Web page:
Not so with berry bushes. That miscalculation was a mistake, one that I readily learned the next spring when I had nothing to show for five-hundred bushes except five-hundred three inch high stubs. But I learned from my mistake. I did not replant the blueberry bushes.
Here’s another one. As we remodeled our century old farm house, I learned why the basement was a bare six feet in height. I had thought that taking the floor down another fourteen inches would be no big deal. As soon as I started digging, I found the few inches of dirt covered solid rock, a great foundation for a house to be built on, not so great for a finished basement. It took a jack hammer and a lot of hours carrying out blocks of stone to get a level floor that allowed us to pour concrete that resulted in a six-foot, six inch basement. Another mistake based on lack of knowledge and planning.
Along the same line, I foolishly thought it would be no big deal to cut through one of the foundation stones to run a water line. The first stroke of hammer and chisel demonstrated those stones were not going to be cut. Plan B was to find a small stone that could be removed to run the water lines through.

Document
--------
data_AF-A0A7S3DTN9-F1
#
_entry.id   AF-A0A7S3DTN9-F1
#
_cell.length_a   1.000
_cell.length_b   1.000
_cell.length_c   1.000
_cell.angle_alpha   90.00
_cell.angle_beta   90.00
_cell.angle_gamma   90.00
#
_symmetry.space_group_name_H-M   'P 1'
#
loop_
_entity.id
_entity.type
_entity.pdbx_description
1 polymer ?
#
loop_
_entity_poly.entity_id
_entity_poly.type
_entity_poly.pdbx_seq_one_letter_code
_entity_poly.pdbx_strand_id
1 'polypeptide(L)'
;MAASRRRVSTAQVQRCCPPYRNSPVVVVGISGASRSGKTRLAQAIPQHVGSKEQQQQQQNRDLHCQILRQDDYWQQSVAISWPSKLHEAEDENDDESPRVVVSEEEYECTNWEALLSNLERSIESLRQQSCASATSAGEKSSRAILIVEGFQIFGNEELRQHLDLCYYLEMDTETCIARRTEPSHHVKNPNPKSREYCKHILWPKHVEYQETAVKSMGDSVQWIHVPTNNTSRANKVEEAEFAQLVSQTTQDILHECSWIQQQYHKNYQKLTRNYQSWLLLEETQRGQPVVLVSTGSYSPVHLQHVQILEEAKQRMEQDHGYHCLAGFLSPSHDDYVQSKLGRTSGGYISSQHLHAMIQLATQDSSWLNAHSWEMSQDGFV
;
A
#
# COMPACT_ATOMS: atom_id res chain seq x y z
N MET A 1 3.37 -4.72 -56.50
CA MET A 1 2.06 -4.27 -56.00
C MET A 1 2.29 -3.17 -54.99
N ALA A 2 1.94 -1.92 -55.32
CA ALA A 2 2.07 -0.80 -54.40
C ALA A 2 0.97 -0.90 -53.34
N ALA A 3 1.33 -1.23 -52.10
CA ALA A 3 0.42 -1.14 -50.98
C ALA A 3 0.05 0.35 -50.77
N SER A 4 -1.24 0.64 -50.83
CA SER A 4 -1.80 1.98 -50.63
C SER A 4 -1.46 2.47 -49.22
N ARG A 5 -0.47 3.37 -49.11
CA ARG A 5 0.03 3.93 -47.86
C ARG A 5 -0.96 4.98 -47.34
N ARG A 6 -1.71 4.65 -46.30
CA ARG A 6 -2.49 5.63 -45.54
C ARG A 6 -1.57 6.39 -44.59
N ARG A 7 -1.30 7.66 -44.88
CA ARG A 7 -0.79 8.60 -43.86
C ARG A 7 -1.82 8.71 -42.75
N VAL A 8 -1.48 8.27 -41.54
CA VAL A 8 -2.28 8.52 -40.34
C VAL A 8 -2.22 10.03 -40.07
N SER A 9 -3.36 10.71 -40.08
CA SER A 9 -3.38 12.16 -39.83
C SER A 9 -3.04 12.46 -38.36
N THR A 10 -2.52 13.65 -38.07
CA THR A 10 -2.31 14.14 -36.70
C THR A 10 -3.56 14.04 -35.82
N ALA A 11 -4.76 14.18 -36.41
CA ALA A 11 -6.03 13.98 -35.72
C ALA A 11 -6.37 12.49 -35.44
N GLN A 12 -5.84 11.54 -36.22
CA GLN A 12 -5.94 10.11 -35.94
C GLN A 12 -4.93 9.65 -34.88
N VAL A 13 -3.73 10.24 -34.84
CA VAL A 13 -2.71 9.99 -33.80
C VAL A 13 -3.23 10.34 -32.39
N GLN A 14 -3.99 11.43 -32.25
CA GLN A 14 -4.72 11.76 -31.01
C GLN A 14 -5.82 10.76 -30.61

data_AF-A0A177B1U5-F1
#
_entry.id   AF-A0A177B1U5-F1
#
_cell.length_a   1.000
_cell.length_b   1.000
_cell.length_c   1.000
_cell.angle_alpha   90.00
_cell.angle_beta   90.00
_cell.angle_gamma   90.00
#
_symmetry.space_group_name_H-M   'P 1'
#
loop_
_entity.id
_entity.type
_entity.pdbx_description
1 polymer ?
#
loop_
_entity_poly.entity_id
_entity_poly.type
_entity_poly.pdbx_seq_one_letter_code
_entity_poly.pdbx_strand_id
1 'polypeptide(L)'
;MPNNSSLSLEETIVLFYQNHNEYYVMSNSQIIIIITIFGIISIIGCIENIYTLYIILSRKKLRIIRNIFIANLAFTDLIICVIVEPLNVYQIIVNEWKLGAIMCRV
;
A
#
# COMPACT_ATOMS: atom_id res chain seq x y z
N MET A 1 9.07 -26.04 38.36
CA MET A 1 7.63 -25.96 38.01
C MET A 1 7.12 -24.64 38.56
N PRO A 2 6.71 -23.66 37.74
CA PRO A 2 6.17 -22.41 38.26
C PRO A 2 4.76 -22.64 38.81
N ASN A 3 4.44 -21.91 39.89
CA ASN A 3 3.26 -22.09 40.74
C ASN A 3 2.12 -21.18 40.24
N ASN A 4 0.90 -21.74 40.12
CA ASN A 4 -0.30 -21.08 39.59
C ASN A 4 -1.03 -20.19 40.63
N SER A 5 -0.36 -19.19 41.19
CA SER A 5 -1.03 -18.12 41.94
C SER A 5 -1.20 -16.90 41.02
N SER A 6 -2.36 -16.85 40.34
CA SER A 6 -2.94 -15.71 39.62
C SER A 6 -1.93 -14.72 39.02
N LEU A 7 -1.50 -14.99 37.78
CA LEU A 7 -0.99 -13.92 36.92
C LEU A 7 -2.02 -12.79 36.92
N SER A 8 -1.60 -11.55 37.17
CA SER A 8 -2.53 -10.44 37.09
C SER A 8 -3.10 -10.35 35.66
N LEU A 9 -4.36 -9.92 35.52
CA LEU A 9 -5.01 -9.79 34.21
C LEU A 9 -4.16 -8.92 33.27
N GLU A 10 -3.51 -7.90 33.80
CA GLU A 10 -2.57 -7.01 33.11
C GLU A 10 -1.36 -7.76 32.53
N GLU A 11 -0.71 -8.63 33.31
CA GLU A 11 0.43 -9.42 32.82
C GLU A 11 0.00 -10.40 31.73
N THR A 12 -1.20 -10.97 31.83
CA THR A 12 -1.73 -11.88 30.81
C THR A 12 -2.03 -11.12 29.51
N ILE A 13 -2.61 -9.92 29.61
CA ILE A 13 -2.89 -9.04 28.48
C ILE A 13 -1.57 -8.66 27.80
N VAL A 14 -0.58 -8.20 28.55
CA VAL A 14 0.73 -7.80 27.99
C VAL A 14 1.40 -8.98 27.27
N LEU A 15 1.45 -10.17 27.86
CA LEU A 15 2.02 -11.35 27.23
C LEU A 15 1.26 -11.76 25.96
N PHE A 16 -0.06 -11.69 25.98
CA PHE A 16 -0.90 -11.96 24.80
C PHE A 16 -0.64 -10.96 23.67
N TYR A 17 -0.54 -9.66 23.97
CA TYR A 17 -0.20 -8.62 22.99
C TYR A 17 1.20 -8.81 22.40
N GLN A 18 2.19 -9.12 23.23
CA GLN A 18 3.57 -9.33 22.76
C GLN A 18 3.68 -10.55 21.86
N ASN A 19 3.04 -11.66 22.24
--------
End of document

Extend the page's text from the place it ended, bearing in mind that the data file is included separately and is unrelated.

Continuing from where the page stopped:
Looking back I am glad I made some of those mistakes.
The mistakes I made and being able to admit they were mistakes were ways I learned. I think it may have been Ben Franklin who wrote something like, “Experience keeps a dear school, yet Fools will learn in no other.”
I don’t consider myself a “fool,” but in many ways I have made a catalog of foolish actions over the past. I think, if we are honest, a lot of us will have to admit to having done some foolish things which qualifies us, once in awhile, to being fools. The question is, have we learned from our mistakes?
That gets us to a serious topic that is being debated in our country today. Do we, as a nation, want to teach our children about the mistakes we have made in the past? Can we be honest about those mistakes or should we just forget about them, maybe pretend they never happened, and hope that they will stay forever hidden?